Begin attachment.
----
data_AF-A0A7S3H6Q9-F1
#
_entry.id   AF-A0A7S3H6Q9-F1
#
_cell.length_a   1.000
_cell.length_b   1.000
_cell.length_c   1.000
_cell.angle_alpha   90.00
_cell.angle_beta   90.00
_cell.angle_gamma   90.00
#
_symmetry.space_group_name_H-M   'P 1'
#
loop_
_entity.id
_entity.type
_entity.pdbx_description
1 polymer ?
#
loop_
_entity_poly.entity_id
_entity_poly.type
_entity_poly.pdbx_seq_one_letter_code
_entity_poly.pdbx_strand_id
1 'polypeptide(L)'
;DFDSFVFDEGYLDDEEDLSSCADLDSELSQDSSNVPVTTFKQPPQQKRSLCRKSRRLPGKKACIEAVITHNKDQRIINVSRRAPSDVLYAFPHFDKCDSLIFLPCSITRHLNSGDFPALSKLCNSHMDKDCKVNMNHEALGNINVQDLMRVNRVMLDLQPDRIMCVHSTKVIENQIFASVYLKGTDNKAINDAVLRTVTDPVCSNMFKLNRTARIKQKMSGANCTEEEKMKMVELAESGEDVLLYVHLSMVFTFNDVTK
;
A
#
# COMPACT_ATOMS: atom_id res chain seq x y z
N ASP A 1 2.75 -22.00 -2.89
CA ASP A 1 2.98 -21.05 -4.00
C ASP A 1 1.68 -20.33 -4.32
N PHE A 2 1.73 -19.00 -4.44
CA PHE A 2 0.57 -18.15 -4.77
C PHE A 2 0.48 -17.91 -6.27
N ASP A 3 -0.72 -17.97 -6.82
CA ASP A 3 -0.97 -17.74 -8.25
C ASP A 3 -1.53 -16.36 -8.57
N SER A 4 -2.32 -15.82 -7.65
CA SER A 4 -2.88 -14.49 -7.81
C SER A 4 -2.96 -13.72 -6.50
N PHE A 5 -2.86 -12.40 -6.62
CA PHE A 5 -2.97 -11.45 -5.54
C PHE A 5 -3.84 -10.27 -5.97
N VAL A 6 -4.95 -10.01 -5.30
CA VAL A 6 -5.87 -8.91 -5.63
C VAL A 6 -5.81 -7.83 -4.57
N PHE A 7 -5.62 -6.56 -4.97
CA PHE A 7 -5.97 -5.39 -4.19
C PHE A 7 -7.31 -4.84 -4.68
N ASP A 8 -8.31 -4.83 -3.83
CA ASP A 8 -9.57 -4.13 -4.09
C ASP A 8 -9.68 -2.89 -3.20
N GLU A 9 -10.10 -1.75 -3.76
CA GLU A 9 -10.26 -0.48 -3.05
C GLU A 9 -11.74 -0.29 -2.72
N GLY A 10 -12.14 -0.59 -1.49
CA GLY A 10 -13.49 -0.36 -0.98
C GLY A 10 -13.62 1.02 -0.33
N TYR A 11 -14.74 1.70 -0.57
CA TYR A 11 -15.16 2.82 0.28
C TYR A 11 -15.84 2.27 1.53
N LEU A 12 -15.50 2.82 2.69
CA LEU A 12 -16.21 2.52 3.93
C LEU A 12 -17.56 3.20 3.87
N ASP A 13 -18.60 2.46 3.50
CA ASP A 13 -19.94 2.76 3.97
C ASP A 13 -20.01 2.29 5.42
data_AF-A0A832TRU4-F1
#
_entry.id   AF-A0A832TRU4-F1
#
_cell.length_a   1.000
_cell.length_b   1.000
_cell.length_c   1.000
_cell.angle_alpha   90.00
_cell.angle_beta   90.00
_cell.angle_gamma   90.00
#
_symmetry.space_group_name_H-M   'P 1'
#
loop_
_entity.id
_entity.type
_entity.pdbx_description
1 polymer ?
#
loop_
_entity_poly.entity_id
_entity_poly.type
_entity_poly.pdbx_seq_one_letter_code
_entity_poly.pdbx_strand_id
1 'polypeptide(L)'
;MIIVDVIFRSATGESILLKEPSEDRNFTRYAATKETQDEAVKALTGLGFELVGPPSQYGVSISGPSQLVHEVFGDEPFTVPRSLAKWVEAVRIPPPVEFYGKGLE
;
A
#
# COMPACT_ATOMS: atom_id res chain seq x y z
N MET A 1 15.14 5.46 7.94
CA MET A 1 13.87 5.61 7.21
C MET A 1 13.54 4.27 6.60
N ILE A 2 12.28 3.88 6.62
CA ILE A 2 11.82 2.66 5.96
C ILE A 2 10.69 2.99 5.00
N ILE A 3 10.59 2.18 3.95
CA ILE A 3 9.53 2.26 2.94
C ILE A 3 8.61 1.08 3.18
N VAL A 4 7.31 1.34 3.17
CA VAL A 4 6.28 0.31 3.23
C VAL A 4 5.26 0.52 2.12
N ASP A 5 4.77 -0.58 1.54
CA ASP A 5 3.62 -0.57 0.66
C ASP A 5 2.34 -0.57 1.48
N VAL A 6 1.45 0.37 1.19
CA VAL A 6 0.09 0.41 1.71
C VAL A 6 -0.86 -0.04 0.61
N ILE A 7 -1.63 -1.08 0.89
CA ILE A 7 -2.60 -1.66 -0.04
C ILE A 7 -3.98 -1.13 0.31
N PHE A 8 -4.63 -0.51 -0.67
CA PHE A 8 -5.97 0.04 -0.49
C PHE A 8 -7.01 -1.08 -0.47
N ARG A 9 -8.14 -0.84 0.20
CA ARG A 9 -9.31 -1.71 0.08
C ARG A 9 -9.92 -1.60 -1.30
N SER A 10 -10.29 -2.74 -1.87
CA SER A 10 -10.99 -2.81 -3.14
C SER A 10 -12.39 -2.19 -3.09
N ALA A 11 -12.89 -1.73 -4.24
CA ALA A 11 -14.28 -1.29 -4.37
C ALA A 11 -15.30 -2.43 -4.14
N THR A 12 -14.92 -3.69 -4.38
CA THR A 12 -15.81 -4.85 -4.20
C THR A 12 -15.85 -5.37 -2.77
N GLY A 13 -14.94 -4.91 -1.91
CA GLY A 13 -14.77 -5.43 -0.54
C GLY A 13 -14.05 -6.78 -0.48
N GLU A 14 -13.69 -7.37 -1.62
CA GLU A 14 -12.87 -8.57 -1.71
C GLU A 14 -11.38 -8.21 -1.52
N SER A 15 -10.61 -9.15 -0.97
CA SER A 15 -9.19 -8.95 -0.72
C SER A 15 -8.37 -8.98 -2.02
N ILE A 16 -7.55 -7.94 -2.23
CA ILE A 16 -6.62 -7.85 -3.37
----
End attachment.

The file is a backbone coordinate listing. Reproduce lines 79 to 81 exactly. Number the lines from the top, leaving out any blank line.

_cell.angle_gamma   90.00
#
_symmetry.space_group_name_H-M   'P 1'